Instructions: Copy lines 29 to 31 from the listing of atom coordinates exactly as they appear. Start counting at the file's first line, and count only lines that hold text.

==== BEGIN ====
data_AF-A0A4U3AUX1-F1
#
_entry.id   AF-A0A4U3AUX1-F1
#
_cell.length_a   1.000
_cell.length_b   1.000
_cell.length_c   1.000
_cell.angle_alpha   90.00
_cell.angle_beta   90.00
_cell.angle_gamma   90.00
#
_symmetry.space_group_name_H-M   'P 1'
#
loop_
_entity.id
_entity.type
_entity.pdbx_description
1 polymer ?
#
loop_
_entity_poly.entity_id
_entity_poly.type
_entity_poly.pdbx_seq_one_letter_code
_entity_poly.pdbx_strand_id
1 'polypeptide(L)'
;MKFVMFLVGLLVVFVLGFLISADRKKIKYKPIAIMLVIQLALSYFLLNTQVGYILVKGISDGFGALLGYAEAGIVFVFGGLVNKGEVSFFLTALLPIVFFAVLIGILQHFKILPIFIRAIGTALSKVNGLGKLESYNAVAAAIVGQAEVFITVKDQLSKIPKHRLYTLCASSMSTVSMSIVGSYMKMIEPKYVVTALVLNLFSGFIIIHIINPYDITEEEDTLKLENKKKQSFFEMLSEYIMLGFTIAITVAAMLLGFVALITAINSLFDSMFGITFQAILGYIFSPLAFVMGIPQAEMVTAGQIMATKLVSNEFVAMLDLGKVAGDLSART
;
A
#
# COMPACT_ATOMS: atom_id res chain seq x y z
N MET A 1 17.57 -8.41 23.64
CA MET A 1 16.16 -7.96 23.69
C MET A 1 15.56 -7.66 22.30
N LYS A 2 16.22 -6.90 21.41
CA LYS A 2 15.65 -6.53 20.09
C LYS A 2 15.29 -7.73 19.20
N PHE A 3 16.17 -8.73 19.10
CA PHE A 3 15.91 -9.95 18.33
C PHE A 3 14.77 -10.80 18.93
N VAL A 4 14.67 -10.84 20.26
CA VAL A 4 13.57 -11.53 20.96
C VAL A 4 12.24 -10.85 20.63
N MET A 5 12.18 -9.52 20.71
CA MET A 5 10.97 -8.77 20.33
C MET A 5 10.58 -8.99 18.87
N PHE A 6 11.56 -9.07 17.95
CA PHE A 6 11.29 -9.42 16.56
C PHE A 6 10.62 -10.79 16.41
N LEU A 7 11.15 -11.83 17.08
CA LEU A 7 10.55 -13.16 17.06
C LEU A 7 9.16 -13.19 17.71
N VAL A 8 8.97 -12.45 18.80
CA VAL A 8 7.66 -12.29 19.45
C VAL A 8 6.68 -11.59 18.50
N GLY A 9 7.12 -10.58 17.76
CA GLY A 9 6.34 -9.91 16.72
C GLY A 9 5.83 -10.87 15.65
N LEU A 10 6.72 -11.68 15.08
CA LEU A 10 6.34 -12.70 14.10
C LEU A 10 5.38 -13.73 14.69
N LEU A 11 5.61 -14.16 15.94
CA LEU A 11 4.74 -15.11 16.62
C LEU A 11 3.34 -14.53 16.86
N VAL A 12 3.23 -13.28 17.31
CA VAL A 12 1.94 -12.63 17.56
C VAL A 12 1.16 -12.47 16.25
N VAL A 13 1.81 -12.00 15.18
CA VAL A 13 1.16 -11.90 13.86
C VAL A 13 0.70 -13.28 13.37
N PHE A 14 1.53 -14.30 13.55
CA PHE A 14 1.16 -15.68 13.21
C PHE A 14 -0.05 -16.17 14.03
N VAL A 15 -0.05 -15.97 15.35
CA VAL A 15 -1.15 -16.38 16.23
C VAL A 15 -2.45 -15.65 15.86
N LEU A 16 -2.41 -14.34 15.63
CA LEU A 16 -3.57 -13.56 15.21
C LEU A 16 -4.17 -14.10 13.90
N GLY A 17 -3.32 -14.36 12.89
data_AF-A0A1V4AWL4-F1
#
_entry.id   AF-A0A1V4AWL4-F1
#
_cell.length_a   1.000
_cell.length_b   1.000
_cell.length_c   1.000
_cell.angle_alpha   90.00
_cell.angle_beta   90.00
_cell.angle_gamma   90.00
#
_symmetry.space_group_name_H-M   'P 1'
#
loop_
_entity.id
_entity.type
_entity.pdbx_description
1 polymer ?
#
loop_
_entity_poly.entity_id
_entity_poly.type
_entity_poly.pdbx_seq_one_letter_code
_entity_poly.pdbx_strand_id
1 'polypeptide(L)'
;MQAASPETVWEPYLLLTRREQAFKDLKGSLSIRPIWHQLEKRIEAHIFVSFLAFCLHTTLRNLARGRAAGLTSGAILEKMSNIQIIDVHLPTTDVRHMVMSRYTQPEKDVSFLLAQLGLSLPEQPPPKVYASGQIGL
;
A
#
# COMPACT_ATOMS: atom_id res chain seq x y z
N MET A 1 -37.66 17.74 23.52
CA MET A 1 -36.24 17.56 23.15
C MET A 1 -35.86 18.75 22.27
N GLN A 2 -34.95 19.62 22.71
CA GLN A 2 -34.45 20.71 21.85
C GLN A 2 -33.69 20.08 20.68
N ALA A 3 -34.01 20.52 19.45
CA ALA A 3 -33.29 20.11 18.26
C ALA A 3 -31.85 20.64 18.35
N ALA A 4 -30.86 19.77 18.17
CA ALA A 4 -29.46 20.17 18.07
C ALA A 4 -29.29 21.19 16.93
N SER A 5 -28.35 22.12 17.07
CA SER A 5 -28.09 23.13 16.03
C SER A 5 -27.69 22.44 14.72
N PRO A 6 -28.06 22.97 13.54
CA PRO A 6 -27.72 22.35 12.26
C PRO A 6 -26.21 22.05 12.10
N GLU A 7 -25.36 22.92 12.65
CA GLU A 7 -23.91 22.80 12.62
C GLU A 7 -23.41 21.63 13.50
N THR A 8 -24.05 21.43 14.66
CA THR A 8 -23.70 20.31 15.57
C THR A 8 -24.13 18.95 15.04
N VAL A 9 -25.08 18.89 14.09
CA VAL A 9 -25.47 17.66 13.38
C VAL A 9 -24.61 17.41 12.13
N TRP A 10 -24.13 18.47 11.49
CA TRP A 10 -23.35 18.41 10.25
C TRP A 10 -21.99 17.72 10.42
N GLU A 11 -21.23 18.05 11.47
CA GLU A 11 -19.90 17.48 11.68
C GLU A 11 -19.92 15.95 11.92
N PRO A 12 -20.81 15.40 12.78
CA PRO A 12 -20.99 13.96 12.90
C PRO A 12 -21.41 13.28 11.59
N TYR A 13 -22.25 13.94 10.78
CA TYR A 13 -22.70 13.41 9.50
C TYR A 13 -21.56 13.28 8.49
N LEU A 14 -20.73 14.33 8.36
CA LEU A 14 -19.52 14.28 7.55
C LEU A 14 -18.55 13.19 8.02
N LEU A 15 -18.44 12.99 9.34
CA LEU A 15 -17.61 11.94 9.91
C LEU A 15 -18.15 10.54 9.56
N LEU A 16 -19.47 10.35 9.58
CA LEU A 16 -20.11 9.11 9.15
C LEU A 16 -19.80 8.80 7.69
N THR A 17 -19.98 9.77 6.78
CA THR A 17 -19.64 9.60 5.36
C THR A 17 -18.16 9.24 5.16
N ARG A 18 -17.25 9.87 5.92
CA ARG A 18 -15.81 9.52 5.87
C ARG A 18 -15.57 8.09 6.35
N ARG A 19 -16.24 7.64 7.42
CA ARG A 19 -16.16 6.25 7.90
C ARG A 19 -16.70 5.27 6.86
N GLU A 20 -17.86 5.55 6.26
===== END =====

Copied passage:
#
# COMPACT_ATOMS: atom_id res chain seq x y z
N MET A 1 17.57 -8.41 23.64